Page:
And it will be joined by other body styles too.
Mini is one of those brands, much like Lexus and BMW, that loves to bring out a special edition. There have been numerous just this year already, with the most recent being rather confusing. But is Mini doing this to hide the fact that the Cooper Hardtop is aging, hoping that we just won't notice? Maybe, but that's okay because the British brand is set to completely overhaul its range so that the next Cooper is right up there with the very best. According to Autocar in the UK, Mini confirmed that over the next five years, the company's model range "will undergo rationalization and a big push towards electric powertrains."
What does that mean, exactly?
As you may know, there is already a Mini EV, namely the Cooper Electric. But this car was developed on a platform that wasn't originally intended to support electrification. Therefore, the next electric Hardtop will ride on the Spotlight EV platform but will still feel like "a real Mini." This will be a dedicated model rather than a modified version of the regular Cooper and could offer around 185 miles of range from a 40-kilowatt-hour battery that produces 181 horsepower. A Cooper S version of the EV will come with 221 hp and a 50-kWh battery with a range of around 250 miles.
As for the regular Hardtop, Autocar reports that Mini will be making the core Cooper a little shorter, particularly at the front overhang, with this intended to bring the overall design closer to that of the original from 1959 and the revival model we were first introduced to at the turn of the millennium. Ornamental elements like the clamshell hood and black plastic wheel arch cladding will be dropped to achieve a simpler design, but the two-door convertible and five-door hatchback will return with a "much improved" design.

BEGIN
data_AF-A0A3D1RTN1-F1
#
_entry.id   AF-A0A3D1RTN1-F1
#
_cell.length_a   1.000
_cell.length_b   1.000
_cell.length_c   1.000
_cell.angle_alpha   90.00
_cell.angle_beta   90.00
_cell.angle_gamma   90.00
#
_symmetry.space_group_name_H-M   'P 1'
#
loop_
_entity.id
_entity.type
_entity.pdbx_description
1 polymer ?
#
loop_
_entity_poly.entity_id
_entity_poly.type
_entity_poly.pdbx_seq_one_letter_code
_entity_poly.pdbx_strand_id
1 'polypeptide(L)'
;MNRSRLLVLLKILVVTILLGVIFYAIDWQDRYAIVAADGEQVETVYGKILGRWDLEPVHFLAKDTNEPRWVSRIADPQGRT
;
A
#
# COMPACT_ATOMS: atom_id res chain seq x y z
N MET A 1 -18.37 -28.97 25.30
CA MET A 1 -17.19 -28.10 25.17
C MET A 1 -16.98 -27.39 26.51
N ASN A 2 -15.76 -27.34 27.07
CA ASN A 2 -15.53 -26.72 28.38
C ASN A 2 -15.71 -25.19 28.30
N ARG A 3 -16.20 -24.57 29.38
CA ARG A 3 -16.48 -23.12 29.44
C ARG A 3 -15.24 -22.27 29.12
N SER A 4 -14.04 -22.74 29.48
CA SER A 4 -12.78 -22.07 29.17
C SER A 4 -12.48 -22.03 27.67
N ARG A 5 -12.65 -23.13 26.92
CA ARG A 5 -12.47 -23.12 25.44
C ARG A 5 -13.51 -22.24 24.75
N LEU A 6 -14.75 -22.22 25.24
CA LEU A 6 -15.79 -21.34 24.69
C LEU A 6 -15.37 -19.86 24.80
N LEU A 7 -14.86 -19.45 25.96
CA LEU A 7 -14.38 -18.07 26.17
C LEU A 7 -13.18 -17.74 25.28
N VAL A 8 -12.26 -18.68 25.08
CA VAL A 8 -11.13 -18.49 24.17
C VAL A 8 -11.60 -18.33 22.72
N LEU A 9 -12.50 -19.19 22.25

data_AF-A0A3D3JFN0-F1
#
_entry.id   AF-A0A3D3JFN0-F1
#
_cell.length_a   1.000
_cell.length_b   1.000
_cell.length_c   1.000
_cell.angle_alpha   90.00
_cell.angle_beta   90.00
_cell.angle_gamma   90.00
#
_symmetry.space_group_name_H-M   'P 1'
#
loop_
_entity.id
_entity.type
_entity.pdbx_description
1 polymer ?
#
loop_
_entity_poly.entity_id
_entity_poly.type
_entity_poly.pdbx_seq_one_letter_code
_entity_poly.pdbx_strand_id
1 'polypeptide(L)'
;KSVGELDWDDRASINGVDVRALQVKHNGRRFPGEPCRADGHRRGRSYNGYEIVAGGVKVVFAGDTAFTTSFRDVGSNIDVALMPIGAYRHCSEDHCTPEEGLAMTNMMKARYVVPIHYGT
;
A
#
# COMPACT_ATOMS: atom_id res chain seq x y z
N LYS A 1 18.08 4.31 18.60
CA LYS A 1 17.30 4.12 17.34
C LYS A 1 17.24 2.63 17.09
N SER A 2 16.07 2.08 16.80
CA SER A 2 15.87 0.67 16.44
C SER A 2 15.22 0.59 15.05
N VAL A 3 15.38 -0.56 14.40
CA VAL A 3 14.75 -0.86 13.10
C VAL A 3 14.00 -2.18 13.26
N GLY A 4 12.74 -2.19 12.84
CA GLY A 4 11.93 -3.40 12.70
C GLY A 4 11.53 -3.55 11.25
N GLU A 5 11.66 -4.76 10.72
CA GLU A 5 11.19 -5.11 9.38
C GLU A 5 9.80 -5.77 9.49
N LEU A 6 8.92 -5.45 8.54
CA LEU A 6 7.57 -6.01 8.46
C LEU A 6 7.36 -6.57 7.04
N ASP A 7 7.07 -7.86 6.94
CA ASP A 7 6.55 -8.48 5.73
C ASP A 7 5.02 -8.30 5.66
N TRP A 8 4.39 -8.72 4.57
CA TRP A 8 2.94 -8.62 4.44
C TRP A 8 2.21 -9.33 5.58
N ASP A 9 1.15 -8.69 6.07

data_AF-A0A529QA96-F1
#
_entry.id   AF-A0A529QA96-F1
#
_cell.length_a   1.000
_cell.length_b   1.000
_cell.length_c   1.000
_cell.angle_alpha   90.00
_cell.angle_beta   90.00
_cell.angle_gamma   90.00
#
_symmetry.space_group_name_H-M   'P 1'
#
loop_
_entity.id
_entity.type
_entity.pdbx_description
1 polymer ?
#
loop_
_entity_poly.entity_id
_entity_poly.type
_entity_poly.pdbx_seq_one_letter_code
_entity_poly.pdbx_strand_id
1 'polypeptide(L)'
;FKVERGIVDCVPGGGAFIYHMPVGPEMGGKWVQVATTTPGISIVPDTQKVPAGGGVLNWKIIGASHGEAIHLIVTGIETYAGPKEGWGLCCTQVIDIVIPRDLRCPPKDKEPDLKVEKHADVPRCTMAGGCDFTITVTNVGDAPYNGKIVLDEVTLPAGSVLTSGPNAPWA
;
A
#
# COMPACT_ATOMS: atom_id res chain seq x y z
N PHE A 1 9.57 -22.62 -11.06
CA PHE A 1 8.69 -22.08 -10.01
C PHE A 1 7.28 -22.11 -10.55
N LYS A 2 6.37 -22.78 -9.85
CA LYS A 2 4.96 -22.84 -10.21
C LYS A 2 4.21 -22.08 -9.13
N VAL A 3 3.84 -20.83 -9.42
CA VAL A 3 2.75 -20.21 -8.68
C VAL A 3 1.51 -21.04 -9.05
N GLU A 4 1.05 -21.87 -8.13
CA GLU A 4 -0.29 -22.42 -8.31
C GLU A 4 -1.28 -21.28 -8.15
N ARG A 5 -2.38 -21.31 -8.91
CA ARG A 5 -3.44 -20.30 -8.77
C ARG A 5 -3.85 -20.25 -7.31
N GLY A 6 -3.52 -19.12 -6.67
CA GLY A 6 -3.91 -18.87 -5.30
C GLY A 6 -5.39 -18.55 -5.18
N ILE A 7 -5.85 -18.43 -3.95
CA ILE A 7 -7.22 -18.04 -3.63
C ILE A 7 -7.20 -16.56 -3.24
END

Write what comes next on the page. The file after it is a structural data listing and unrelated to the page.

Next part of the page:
These gasoline and electric Hardtops will be developed alongside each other, with the gas cars to ride on an evolution of the existing FAAR (Frontantriebsarchitektur) platform. The powertrain lineup is expected to be similar to what it is today, but diesel versions won't be offered in parts of the world that used to gain access. Mild-hybrid assistance won't be a surprise, but a plug-in hybrid powertrain has been ruled out. As before, the suspension will utilize MacPherson struts up front and a multi-link setup at the rear. Most other vehicles in this class use a cheaper torsion beam, but Mini believes that the feel you get from the more complex setup is worth the expense, as this helps a Mini handle as a Mini should.
The electric model should drive great too, ultimately weighing less than the current model despite a bigger battery and offering a lower center of gravity along with slightly rear-biased weight distribution.
The new Mini models are around 18 months out from production, but the wait will certainly be worth it.